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Hi everyone I am new to this forum I'm hoping for some good help. So I just acquired a Fostex mr8 and I was wondering how to set it up. I did some recordings but can't figure out how to turn on the metronome and if I mess up a part how to go back and fix it without redoing the whole track.

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Sean G Sun, 10/11/2015 - 00:00

SH1RYO, post: 432967, member: 49474 wrote: I got a boss be 1180 but does not have the cd burner is there away I can add one or send all tracks to my PC

I have the BR-1180CD, I could be wrong but I don't think you can add a CD burner to the unit if it didn't come with one like the BR-1180CD version.
If the BR-1180 has an optical out at the rear as the BR-1180CD has, if you have an interface with the same you may be able to connect the two using a lightpipe which would allow you to transfer your audio to your PC via the interface if it has an optical input.
Another option - if you have a mixer with RCA inputs is to run out of the RCA outputs of the BR-1180 into the stereo return RCA inputs of the mixer then to your interface or direct to your PC if the mixer has a USB send/return.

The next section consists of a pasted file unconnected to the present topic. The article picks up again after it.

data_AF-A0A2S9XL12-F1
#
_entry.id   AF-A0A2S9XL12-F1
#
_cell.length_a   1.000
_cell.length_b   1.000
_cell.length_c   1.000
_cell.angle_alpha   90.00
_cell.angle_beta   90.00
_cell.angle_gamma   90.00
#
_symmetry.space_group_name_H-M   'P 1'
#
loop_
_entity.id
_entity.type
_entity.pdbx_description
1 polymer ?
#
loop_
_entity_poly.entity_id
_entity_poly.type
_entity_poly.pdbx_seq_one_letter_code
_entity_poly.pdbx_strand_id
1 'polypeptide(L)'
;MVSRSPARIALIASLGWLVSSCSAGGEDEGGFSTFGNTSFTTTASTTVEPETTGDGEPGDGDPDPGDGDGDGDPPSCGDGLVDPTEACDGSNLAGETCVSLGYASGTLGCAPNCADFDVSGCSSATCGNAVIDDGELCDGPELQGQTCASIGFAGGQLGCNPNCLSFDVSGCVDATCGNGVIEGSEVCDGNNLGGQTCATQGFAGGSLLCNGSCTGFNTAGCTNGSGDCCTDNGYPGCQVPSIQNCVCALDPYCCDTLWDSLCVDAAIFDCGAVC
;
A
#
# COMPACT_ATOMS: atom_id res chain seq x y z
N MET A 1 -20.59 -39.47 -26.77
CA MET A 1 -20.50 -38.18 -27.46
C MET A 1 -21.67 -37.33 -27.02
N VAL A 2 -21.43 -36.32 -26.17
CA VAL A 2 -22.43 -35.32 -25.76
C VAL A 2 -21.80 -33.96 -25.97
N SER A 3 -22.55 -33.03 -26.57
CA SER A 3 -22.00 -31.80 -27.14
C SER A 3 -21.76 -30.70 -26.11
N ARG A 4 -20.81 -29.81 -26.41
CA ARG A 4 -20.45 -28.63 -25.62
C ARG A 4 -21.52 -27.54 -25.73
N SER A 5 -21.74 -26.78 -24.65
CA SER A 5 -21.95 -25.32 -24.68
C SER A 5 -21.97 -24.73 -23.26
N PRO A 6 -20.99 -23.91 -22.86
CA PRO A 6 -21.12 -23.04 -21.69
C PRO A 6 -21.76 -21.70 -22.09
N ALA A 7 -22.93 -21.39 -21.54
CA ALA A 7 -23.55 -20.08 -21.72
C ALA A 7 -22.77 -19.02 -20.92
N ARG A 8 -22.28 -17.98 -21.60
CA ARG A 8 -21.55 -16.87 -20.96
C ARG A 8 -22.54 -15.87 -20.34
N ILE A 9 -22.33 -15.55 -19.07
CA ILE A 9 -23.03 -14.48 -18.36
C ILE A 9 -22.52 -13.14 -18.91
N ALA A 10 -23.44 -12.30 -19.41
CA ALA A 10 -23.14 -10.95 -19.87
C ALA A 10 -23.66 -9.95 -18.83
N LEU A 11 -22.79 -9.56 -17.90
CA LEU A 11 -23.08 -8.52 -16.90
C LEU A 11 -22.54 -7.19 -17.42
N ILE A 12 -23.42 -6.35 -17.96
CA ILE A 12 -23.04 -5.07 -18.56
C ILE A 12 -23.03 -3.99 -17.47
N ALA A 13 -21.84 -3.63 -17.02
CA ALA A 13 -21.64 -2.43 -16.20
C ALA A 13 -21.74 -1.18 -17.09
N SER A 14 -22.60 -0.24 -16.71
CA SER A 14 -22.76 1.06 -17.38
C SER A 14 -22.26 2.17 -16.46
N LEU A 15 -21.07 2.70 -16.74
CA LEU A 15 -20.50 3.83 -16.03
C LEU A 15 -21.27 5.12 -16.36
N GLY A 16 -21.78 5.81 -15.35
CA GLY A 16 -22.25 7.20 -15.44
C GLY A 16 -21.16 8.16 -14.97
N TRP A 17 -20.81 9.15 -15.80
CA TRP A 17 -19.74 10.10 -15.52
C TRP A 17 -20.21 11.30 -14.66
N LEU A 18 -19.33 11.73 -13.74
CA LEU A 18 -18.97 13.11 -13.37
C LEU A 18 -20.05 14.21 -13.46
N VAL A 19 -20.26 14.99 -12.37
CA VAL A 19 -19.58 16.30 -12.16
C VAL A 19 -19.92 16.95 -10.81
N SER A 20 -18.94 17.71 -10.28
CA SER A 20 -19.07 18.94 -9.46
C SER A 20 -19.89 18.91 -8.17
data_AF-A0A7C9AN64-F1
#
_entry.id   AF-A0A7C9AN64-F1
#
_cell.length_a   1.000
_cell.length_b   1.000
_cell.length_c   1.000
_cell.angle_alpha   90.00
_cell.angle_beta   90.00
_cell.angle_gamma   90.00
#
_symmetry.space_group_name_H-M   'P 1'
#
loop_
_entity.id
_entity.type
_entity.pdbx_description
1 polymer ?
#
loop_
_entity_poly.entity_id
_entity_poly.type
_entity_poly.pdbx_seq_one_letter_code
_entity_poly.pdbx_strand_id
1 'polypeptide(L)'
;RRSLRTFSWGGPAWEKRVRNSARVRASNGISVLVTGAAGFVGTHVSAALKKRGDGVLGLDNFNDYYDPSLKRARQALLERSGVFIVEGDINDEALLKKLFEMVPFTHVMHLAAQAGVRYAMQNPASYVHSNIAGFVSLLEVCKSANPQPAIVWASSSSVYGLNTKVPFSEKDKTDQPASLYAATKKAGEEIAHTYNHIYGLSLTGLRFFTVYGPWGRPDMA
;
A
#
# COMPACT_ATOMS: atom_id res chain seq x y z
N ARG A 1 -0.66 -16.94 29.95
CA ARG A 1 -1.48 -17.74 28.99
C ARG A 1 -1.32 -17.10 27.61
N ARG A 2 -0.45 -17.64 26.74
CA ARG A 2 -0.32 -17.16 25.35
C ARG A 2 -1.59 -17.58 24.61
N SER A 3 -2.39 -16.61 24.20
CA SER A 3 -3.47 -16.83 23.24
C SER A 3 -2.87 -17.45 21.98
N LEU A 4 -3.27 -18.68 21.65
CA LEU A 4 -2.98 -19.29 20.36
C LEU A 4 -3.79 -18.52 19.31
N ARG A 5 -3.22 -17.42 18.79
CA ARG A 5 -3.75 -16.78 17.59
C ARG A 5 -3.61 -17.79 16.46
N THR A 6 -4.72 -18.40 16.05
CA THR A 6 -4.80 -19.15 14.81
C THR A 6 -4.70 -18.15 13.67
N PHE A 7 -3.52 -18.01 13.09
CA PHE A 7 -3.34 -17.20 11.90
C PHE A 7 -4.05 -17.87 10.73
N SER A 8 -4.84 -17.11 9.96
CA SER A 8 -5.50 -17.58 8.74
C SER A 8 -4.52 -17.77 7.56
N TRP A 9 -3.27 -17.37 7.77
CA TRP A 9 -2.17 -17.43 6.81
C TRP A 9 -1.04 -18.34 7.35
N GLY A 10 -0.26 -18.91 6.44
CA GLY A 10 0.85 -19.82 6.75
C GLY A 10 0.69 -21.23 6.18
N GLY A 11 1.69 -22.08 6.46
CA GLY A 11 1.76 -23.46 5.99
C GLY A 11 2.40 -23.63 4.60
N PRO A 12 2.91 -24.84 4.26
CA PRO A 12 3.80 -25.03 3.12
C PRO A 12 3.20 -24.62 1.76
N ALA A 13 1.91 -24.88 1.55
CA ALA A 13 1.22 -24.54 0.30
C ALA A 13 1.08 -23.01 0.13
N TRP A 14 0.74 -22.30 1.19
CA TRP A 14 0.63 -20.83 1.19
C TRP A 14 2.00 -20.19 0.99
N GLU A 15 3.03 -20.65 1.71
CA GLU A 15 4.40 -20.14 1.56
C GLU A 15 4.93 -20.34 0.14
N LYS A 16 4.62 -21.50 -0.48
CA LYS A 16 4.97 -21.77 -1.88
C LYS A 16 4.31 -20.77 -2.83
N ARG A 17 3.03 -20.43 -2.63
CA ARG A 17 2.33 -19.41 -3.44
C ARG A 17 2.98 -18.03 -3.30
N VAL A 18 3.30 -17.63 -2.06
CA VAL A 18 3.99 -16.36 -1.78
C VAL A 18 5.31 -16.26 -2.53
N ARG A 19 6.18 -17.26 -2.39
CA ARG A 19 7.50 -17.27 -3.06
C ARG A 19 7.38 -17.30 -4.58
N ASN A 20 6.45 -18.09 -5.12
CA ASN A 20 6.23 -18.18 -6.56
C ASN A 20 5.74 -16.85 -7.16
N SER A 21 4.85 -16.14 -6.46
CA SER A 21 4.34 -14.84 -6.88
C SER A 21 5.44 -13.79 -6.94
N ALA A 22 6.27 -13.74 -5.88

Boswell Mon, 10/12/2015 - 15:57

You would need an interface that had an S/PDIF input. The S/PDIF inputs on most of the low channel-count interfaces that have them are not optical but electrical via an RCA (phono) socket. If you got one of those you would need to use an S/PDIF coax-optical converter.

One exception to this is the discontinued Roland UA-1G interface, although the Roland website page that the link points to shows the results of the copywriter's first day in a job (and maybe also the last). Nevertheless, if you can find a UA-1G, it is cheap and has an S/PDIF input via an optical minijack connector.

Boswell Tue, 10/13/2015 - 07:19

When you use the optical digital ouput of the BR-1180, it's only the 1180 that determines the sound quality, as the sole function of the S/PDIF receiver is to transfer the digital information into the computer. Provided samples are not dropped or corrupted in the path from the S/PDIF receiver to the disk drive on the computer, the sound quality cannot be affected.

Whether you call the BR-1180 output "good quality" is another matter.

DonnyThompson Tue, 10/13/2015 - 08:08

SH1RYO, post: 433060, member: 49474 wrote: or can I use the MIDI to pc with Cubase